What Is An Accumulator?

What Is An Accumulator?

Whitepapers On Whiteboard

 

EXPERT LEVEL:

Beginner

LENGTH:

7:22

INSTRUCTOR:

Miguel Vita, Freudenberg Hydraulic Division

Accumulator Basic Principle

What Is An Accumulator?

Click on the image to open in a New Tab.

VIDEO TRANSCRIPT

Hi everybody. Welcome to white papers on whiteboard. My name is Miguel Vita. I work for Freudenberg in the hydraulic accumulator division. I was invited today by our partners ESP International to talk about hydraulic accumulators.

We decided to start with the basics:
What is an accumulator?
How can I use an accumulator?
What are the different technologies that we have on an accumulator?

What Is An Accumulator? The Basic Principle.

Accumulator Basic Principle

Let’s start with – “What is an Accumulator?” Think of an air balloon inserted into a bucket and apply a force to the balloon. You increase the pressure on the airside of the balloon. This is the basic principle of an accumulator.

You have an accumulator with a hard shell. Normally carbon steel – very similar to the bucket that I showed you before, and you have an elastomeric diaphragm. This elastomeric diaphragm will make a barrier to a pre-charged nitrogen section. You can compare the pre-charged nitrogen with the air that you have in your balloon.

The port is connected to the hydraulic system. To the hydraulic system, we will apply pressure in this portion and will be translated on the same action that you have with this Force. So basically, when you have the hydraulic system, you increase the pressure in the nitrogen area.

What Happens On The Hydraulic System?

Accumulator Hydraulic System

We have here a schematic of a hydraulic system.

  • hydraulic cylinder
  • valve pumps
  • a tank

And we have added an accumulator in the system.

When the hydraulic system has no pressure, you have the pre-charge of the nitrogen using the whole cavity of the accumulator.

For example:
You have a shovel on your tractor and the shovel hits a stone. You have a huge force being applied here that will increase the pressure in the whole system. This pressurized oil will move to the accumulator and will increase the nitrogen pressure. So, this nitrogen inside the accumulator will work as a cushion. You have dampened the system using an accumulator.

Basic Functions Of An Accumulator

Accumulator Functions

  1. Starting with the pulsation dampening. On the hydraulic system, you have pulsation. This pulsation is coming basically from the hydraulic pumps. So the accumulator will make a dampening on this pulsation and will stabilize your system. You’ll reduce the noise, you’ll reduce the vibration of the system and you’ll have the system working this move.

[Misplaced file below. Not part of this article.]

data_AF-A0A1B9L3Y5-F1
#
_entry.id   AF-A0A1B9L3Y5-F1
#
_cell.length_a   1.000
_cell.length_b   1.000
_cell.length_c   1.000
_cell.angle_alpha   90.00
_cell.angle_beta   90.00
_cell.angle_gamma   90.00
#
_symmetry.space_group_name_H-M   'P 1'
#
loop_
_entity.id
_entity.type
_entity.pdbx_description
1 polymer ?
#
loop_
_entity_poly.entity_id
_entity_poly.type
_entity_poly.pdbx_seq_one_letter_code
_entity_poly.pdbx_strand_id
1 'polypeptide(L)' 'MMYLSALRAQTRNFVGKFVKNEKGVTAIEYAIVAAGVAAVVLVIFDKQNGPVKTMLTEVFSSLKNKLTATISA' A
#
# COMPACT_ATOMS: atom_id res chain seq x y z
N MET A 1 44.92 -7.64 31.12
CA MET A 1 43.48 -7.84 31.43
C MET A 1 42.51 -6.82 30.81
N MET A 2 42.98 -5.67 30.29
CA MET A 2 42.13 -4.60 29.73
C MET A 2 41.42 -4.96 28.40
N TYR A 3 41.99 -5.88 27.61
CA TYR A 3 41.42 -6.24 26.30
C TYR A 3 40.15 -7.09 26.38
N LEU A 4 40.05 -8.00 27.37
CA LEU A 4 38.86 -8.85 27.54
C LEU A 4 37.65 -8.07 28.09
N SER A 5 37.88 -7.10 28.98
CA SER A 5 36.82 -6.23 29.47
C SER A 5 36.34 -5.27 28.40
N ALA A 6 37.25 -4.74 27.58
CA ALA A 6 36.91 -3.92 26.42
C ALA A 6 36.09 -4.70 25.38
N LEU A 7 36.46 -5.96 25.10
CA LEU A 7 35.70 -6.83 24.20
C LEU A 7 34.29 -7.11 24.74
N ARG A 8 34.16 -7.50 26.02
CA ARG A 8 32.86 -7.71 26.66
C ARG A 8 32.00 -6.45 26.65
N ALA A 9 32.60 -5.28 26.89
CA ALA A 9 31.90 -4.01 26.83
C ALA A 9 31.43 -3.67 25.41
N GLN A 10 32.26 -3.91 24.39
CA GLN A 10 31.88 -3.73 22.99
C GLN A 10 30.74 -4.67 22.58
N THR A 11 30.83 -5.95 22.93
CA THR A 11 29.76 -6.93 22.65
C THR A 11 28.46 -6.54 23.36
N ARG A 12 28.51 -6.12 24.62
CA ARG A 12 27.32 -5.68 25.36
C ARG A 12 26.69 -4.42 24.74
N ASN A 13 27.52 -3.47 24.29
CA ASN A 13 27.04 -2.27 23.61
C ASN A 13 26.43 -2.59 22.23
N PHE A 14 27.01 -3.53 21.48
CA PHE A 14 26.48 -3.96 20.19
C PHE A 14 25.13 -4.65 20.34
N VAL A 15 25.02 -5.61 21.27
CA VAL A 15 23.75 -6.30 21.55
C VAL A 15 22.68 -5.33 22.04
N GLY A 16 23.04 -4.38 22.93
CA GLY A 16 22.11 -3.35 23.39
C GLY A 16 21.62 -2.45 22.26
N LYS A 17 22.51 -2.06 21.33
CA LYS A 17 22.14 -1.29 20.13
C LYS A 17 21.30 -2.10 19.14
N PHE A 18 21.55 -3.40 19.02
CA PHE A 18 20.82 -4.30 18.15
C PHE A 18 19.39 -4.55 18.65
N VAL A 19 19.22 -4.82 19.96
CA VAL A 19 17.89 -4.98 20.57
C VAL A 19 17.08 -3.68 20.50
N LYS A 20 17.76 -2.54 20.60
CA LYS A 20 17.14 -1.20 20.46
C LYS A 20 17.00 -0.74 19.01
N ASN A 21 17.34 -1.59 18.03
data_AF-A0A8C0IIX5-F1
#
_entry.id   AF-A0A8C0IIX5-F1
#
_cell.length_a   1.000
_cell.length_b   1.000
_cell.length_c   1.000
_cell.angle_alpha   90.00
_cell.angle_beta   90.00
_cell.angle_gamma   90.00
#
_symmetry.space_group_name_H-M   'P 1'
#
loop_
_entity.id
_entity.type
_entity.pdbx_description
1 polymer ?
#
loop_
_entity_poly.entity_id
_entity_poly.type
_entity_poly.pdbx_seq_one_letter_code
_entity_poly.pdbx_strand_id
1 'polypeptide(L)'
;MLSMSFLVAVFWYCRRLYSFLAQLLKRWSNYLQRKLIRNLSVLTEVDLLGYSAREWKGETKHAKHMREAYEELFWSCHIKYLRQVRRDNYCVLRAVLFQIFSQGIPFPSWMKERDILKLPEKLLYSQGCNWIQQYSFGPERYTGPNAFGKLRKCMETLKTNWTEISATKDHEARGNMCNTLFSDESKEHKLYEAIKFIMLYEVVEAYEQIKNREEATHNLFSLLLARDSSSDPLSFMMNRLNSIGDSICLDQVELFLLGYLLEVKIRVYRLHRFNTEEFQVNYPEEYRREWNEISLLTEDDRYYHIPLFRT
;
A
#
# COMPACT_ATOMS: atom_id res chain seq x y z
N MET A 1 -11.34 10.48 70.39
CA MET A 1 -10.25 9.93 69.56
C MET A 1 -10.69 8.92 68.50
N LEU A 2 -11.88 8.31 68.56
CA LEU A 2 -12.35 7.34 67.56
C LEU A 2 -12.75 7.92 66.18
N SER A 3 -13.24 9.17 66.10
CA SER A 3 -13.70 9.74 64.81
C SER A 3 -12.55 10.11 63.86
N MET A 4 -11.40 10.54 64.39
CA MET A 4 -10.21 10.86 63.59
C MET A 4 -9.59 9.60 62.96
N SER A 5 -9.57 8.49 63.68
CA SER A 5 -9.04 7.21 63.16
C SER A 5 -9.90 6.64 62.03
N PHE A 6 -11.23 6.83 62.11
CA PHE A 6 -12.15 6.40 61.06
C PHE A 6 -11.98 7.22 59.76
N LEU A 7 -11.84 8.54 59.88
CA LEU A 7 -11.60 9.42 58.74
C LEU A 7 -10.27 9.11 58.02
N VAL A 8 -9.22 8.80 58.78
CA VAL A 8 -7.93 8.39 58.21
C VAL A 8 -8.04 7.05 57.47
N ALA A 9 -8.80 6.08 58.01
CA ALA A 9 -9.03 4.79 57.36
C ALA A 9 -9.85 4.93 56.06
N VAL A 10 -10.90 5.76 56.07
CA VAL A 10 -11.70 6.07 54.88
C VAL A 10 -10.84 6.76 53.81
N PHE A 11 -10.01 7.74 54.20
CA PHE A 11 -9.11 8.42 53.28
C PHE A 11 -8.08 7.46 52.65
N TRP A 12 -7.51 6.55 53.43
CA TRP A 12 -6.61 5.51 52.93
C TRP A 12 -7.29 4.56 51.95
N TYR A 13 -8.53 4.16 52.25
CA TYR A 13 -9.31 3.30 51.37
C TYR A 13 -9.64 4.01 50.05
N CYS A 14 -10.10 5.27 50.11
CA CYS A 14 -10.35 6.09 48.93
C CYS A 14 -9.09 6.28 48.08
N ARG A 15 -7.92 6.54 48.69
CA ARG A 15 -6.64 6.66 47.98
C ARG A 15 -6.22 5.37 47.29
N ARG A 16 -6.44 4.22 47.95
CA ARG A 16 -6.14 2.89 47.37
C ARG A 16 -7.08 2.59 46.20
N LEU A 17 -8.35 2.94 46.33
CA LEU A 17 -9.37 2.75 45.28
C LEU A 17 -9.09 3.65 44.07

2. Also, the accumulator can keep constant pressure in your system. If you have a leakage, for example, you’re going to lose the pressure of the system. The accumulator will stabilize the pressure and you keep the pressure at a certain level until you can stop your system for maintenance.
  3. Another function of the accumulator is really to be an emergency source of power in your system. For example, when you have your system being applied on hydraulic brakes and you need a sudden release of pressure in your system, the accumulator will help you release this pressure whenever it is needed.

Three Types of Accumulators

3 Types Of Accumulators

And here we come to the three different types of accumulators. We have the bladder, diaphragm, and the piston type of accumulators.

1. BLADDER ACCUMULATOR

The Bladder is the bread-and-butter. You can use bladder accumulators everywhere. Most of the hydraulic systems use bladder accumulators.

  • You have a bladder bag.
  • You have the pre-charge of nitrogen.
  • Connected to the hydraulic system.

Those accumulators are used in pulsation dampening where you have high frequency, especially in a small amplitude. A lot of applications, right? But this type of accumulator has a restriction. The bladder has a vulcanized seam, and this is the weak point of the bladder system. If you have high frequency and high cycle demand, you can have a rupture in this seam. This is the restriction of this type of accumulator.

2. DIAPHRAGM ACCUMULATOR

Then we can go to the diaphragm type accumulator.

  • Basically, the same where you have a carbon steel shell but instead of a bladder, you have a diaphragm.
  • Also, the pre-charge of nitrogen and this portion is connected to the system.

Very similar applications as the bladder type accumulator. However, the diaphragm accumulator has an advantage.

Since you don’t have a seam in the diaphragm, you don’t have the restrictions that you have with the bladder type accumulator.

So applications pretty much the same, but this one is really a reliable accumulator, especially when you have high cycle demands. Applications with 1 million, 2 million, 3 million cycle demands – this is where to use a diaphragm accumulator.

3. PISTON ACCUMULATOR

  • Instead of a bladder or a diaphragm, we are using an aluminum piston to make a barrier with the nitrogen.
  • You keep the nitrogen pre-charged.
  • The system is connected to your hydraulic system.

But really you don’t have limits for this type of accumulator.

Since you machine the accumulator, you can make it in any size. You can make accumulators with a quarter gallon. You can make accumulators with 300 gallons. You can make accumulators going to 40,000 PSI.

Custom ports, custom design, and materials so the piston accumulator is really for limited applications where you can make custom design accumulators.

Thank you.